Argentina says will use anti-terror law against U.S. printing firm
BUENOS AIRES Aug 14 (Reuters) - Argentina's government will use an anti-terrorism law for the first time to seek criminal charges against a U.S.-based international printing firm which closed its Argentine plant without warning, the president said on Thursday.
Several hundred workers were left jobless when RR Donnelly abruptly filed for bankruptcy and shut down its printing presses on the outskirts of the Argentine capital, Buenos Aires.
"We are facing a real case of fraudulent behavior and an attempt to intimidate the population," Cristina Fernandez, the South American country's populist leader, said in a speech at Government House.
There was no immediate reaction from the company on its website.
Fernandez said the printing firm had ties to foreign investors whose decade-long debt battle against Argentina in the U.S. courts led Argentina to default on its debt last month for the second time in 12 years.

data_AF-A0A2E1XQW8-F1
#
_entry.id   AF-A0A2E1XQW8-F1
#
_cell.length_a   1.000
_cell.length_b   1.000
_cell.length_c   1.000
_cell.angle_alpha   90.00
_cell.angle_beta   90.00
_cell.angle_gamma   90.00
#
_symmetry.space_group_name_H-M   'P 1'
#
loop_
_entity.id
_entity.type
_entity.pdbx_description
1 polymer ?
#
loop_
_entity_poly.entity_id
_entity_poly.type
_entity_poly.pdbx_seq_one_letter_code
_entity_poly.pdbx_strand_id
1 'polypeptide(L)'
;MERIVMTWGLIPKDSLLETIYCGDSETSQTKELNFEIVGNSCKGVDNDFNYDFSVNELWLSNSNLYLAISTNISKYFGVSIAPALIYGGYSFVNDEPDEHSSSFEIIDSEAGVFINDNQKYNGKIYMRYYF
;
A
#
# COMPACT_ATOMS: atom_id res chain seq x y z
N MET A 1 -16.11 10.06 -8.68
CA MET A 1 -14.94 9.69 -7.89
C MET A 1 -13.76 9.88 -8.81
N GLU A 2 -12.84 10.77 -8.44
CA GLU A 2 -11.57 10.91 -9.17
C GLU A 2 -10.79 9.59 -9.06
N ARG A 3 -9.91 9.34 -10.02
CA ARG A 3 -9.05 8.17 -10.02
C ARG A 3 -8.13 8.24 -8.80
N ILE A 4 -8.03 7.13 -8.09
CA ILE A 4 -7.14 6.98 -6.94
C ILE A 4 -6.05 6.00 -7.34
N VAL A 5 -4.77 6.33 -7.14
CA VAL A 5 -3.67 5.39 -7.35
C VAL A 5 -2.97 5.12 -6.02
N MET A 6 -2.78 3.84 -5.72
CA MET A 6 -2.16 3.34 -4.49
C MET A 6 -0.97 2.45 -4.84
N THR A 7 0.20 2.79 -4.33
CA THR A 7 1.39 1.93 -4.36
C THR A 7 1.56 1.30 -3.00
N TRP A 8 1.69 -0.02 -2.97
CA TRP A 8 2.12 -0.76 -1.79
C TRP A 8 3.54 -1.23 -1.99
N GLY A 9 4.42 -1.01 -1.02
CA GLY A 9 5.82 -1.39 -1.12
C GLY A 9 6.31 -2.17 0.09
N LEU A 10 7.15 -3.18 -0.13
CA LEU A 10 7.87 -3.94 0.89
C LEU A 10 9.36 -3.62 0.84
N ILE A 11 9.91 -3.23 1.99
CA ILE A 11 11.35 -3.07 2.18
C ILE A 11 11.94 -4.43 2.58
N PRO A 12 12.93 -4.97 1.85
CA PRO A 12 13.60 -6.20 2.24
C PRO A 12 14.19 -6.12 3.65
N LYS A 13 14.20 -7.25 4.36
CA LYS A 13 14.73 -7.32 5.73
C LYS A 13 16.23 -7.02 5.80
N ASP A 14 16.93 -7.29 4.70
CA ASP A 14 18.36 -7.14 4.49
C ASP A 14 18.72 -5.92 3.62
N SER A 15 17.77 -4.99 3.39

Argentina enacted its anti-terrorism law in 2011 but has not applied it until now. (Reporting by Nicolas Misculin; Writing by Richard Lough; Editing by Paul Tait)
- Alabama man gets $1,000 in police settlement, his lawyers get $459,000
- Doctor with Ebola in Manhattan hospital after return from Guinea |
- Exclusive: Charred tanks in Ukraine point to Russian involvement
- Ground offensive against Islamic State months away in Iraq: U.S.
- Stress tests, Ebola cool global stocks after best week of year